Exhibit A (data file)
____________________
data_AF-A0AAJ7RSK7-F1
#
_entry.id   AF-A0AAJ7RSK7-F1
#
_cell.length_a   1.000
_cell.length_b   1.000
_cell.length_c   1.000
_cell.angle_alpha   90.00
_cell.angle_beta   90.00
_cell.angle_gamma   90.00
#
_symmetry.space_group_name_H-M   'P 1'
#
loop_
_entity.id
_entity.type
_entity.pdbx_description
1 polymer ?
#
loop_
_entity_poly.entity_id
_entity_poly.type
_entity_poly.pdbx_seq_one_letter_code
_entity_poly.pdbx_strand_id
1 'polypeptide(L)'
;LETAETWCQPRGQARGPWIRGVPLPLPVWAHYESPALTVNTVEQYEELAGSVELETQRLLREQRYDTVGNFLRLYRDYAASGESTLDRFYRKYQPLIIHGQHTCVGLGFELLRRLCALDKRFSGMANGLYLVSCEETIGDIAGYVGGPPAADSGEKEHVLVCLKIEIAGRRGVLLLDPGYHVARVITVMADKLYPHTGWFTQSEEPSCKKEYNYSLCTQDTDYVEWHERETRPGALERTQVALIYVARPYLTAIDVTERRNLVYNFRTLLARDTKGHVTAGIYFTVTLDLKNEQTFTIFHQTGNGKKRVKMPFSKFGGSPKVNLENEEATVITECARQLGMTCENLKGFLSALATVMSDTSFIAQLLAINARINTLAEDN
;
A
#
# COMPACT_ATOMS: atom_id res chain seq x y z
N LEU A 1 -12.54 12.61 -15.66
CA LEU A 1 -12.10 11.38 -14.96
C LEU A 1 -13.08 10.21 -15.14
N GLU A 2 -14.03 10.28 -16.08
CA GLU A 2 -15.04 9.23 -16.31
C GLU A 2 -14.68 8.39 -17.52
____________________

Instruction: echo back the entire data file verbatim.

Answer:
data_AF-A0AAJ7RSK7-F1
#
_entry.id   AF-A0AAJ7RSK7-F1
#
_cell.length_a   1.000
_cell.length_b   1.000
_cell.length_c   1.000
_cell.angle_alpha   90.00
_cell.angle_beta   90.00
_cell.angle_gamma   90.00
#
_symmetry.space_group_name_H-M   'P 1'
#
loop_
_entity.id
_entity.type
_entity.pdbx_description
1 polymer ?
#
loop_
_entity_poly.entity_id
_entity_poly.type
_entity_poly.pdbx_seq_one_letter_code
_entity_poly.pdbx_strand_id
1 'polypeptide(L)'
;LETAETWCQPRGQARGPWIRGVPLPLPVWAHYESPALTVNTVEQYEELAGSVELETQRLLREQRYDTVGNFLRLYRDYAASGESTLDRFYRKYQPLIIHGQHTCVGLGFELLRRLCALDKRFSGMANGLYLVSCEETIGDIAGYVGGPPAADSGEKEHVLVCLKIEIAGRRGVLLLDPGYHVARVITVMADKLYPHTGWFTQSEEPSCKKEYNYSLCTQDTDYVEWHERETRPGALERTQVALIYVARPYLTAIDVTERRNLVYNFRTLLARDTKGHVTAGIYFTVTLDLKNEQTFTIFHQTGNGKKRVKMPFSKFGGSPKVNLENEEATVITECARQLGMTCENLKGFLSALATVMSDTSFIAQLLAINARINTLAEDN
;
A
#
# COMPACT_ATOMS: atom_id res chain seq x y z
N LEU A 1 -12.54 12.61 -15.66
CA LEU A 1 -12.10 11.38 -14.96
C LEU A 1 -13.08 10.21 -15.14
N GLU A 2 -14.03 10.28 -16.08
CA GLU A 2 -15.04 9.23 -16.31
C GLU A 2 -14.68 8.39 -17.52